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SASVEEEK: The Four Elements of an OSHA Violation

- August 2, 2017 by Guest Bloggers (View all posts by Guest)

SASVEEK is not the sister of Sasquatch, but rather, an acronym for the tenets of a sound (and just) OSHA violation. Criteria must be met for Compliance Safety Health Officers (CSHOs) to have a solid case to support a citation. Here are the four elements:

SA = Standard Applies: CSHO’s must cite the correct standard for the correct industry. As the first criteria for the violation, the standard must apply to the hazard which is associated with the appropriate standard. For example, if a general industry type company is working at a height of greater than four feet and the CSHO cites Subpart M in the construction industry book, Fall Protection, the standard does not apply.

SV = Standard Violated: Not only must the standard apply, but the standard must have been violated. This is usually done through observation by the CSHO and/or through interviews with employees.  Proof is usually a picture or video.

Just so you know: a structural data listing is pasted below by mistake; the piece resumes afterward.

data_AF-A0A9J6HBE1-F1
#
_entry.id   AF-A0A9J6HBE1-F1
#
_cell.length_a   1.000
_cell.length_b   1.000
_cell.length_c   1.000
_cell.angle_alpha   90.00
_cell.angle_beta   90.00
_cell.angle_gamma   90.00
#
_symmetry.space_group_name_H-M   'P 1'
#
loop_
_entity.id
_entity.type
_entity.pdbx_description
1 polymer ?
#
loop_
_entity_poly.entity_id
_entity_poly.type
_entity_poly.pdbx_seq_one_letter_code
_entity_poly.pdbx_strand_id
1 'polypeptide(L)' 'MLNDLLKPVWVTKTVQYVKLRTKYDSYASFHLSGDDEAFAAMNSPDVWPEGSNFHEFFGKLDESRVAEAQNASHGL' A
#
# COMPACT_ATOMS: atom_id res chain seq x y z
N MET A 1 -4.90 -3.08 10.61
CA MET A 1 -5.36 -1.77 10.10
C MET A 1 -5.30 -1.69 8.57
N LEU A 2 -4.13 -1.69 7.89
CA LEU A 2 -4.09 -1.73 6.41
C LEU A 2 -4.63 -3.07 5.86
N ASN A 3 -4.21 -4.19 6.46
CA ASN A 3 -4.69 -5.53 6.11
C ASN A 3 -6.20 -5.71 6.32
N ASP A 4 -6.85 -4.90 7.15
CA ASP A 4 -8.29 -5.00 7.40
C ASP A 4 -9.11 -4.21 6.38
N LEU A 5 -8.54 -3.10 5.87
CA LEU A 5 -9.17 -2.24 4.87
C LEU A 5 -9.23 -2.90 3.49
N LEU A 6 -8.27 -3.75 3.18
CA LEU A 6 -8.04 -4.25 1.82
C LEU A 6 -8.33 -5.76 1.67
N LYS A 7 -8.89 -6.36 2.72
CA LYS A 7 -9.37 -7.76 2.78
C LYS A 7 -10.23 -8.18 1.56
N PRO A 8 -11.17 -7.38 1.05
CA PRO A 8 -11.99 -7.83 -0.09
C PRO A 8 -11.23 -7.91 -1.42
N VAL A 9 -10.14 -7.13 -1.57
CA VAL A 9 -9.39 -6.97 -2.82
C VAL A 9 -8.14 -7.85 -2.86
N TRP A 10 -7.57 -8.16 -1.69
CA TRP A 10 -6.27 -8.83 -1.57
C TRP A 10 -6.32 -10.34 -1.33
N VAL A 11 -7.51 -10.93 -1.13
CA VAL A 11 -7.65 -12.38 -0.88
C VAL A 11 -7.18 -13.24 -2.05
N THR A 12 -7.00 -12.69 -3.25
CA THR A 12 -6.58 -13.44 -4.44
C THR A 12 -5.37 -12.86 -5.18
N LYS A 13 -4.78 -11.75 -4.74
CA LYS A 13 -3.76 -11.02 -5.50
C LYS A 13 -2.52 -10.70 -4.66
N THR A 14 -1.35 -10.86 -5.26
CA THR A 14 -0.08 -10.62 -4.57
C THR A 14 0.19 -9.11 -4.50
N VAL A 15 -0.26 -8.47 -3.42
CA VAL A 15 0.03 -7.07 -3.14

EE = Employee Exposure: If an observation of a violation occurs, the CSHO needs to ensure s/he has the correct employer of the person he observed violating the standard. For temporary workers, this can be more difficult to uncover. Some questions to determine the employee’s employer are:

- Who tells you what to do?

- Who tells you how to do your work?

- Who tell you what time to be here,  when you can leave, take breaks or go to lunch?

The person directing their work is likely to be associated with the employer. CSHOs must prove an employer/employee relationship when citing employers.

EK = Employer Knowledge: At times, this is the most difficult for CSHO’s to support their case. Employer Knowledge is whether the employer knew or could have known of the presence of the hazardous condition.

Since the supervisor represents the employer, a supervisor’s knowledge of the hazardous condition amounts to employer knowledge. In cases where the employer may contend that the supervisor’s own conduct is an isolated event of employee misconduct, the CSHO will determine the extent to which the supervisor was trained and  managed so as to prevent such conduct, and how the employer enforces the rule.

In closing, SA (Standard Applies), SV (Standard Violated), EE (Employee Exposure), and EK (Employer Knowledge) are  four elements that must be proved by the CSHO to have a solid citation. If any are missing or weak, the employer has an opportunity to successfully argue for removing and/or reducing the citations and penalties.



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